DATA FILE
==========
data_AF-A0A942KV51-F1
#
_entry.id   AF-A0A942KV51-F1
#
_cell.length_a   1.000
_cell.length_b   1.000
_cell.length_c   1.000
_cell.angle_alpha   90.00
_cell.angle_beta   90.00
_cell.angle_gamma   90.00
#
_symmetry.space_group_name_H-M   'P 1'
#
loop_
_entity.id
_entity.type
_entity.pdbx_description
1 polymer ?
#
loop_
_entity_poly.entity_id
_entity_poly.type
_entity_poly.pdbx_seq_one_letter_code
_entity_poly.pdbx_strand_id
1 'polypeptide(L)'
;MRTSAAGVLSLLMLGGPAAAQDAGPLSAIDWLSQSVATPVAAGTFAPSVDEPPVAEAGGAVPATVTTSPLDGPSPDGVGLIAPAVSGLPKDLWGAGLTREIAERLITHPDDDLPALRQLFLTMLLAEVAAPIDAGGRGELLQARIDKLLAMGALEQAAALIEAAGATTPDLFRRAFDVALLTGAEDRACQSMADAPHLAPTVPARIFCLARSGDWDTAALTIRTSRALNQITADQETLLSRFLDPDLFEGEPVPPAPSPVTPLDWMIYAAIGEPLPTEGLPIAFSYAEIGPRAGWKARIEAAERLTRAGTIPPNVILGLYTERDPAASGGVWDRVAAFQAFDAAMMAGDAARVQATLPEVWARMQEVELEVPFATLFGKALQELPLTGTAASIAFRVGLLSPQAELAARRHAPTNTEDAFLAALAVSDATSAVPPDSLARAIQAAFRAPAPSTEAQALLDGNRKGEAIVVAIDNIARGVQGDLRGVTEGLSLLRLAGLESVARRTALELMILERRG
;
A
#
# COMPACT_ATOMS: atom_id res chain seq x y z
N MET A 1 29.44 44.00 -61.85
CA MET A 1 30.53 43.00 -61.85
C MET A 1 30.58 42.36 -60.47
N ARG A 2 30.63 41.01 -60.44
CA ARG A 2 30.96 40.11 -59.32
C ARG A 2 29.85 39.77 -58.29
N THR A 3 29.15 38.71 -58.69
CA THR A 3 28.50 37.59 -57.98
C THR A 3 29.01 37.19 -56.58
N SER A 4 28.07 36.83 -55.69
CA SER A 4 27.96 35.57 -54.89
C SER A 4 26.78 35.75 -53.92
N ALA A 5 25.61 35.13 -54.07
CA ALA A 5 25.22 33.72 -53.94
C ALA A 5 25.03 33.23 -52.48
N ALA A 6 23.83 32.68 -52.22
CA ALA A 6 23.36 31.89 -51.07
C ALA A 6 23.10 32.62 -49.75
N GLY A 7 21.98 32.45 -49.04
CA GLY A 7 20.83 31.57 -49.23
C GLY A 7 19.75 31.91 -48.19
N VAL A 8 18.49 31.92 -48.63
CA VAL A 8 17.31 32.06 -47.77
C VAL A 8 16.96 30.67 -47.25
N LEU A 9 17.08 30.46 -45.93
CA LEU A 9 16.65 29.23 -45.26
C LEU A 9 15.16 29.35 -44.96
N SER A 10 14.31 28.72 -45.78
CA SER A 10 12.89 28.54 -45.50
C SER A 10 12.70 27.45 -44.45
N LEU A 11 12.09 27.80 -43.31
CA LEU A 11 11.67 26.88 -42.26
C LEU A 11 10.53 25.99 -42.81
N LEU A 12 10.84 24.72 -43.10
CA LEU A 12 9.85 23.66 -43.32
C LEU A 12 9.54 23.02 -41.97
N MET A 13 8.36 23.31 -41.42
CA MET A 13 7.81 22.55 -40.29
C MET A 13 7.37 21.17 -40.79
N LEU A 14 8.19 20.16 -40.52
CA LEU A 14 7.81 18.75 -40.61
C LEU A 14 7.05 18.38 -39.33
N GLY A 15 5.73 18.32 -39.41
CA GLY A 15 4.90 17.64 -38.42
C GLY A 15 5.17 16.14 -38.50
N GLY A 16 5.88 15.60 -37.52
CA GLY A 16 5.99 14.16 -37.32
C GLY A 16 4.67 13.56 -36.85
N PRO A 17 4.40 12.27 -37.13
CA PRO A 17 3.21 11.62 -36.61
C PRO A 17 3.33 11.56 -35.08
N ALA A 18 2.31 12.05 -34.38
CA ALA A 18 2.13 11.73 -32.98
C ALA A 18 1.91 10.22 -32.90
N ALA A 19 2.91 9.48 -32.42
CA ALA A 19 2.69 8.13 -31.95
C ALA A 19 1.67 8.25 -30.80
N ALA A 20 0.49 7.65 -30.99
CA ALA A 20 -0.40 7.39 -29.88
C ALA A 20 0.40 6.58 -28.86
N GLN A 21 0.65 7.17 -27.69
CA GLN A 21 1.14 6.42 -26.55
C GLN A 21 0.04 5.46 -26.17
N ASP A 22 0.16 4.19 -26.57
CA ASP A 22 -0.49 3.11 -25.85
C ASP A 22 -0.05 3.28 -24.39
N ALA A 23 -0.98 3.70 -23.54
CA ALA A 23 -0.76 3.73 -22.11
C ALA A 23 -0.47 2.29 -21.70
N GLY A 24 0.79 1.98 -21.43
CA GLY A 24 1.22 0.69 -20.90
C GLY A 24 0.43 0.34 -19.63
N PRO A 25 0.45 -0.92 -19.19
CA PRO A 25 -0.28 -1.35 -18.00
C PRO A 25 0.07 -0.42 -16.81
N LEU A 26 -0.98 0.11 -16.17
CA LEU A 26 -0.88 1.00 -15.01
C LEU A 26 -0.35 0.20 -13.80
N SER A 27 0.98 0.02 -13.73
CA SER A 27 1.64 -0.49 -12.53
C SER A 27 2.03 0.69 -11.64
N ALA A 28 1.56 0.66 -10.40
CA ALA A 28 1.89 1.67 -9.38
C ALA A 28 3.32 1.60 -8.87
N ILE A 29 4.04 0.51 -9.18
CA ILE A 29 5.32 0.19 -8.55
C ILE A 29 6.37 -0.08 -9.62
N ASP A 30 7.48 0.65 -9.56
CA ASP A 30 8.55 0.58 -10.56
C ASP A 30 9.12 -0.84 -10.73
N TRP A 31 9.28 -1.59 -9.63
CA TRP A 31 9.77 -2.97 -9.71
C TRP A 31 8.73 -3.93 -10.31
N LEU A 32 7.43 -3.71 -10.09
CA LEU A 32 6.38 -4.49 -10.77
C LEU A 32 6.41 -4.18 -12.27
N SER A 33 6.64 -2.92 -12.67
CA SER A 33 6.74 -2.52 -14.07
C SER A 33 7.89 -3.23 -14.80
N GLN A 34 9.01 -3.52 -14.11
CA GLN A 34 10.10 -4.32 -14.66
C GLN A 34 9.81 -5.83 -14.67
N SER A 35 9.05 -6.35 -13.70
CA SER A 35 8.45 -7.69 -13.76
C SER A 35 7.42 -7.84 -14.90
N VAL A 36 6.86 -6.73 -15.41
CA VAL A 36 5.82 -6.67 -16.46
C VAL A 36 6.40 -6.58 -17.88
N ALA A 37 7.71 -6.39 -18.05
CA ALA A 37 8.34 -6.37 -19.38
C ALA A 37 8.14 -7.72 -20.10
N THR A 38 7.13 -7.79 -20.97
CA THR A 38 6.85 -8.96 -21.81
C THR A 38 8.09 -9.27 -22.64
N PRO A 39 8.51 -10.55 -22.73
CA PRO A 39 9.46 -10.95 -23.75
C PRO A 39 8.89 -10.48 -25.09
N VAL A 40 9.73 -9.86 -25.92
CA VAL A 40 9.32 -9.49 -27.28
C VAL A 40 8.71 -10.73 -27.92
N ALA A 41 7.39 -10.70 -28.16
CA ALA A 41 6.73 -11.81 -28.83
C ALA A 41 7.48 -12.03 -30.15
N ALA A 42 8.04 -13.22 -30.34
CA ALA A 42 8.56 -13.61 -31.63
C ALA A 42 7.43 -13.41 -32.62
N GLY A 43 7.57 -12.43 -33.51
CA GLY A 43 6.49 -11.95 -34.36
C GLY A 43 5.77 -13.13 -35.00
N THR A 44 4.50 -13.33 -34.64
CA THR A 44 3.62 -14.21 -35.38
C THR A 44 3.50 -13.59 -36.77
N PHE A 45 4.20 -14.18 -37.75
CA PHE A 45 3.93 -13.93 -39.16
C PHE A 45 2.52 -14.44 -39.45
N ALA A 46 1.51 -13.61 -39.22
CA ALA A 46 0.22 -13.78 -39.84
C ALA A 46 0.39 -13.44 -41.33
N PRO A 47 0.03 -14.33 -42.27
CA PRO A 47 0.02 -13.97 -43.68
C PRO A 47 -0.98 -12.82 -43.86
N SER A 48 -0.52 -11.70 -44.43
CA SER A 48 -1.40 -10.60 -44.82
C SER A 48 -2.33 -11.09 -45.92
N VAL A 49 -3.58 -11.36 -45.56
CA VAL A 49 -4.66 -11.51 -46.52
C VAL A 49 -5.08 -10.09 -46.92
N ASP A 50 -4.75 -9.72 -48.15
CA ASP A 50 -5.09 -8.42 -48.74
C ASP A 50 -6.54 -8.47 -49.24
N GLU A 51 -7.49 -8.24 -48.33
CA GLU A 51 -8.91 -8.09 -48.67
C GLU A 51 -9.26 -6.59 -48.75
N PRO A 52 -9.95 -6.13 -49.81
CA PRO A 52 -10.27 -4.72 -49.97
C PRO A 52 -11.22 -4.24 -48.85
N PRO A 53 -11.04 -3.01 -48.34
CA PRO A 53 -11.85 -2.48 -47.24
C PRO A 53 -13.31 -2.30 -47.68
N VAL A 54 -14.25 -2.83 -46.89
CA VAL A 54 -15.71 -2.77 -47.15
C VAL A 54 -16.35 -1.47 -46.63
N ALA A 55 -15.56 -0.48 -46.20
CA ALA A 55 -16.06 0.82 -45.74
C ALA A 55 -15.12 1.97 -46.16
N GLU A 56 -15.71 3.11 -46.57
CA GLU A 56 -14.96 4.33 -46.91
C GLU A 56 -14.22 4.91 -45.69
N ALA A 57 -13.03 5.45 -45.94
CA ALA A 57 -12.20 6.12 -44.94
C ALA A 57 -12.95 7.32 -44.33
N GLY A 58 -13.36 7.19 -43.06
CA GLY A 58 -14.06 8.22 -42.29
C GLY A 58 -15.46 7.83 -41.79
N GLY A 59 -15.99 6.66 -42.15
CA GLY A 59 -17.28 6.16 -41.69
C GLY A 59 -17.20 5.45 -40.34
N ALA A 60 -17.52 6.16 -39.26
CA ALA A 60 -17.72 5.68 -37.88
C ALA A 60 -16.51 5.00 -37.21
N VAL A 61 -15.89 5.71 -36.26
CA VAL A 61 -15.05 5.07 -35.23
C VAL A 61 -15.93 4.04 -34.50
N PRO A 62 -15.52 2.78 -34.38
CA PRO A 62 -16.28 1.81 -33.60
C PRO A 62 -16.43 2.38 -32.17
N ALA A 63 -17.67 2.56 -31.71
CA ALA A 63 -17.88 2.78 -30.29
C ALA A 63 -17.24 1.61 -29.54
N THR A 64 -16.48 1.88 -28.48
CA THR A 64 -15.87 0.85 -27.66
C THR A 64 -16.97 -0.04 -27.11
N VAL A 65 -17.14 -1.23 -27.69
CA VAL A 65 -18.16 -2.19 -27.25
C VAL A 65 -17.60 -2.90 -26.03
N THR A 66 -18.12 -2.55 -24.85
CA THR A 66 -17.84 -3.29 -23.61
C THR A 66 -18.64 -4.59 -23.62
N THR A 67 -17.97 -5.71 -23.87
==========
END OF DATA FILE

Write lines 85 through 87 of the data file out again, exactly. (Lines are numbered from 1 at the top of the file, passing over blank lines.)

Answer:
N ALA A 19 2.91 9.48 -32.42
CA ALA A 19 2.69 8.13 -31.95
C ALA A 19 1.67 8.25 -30.80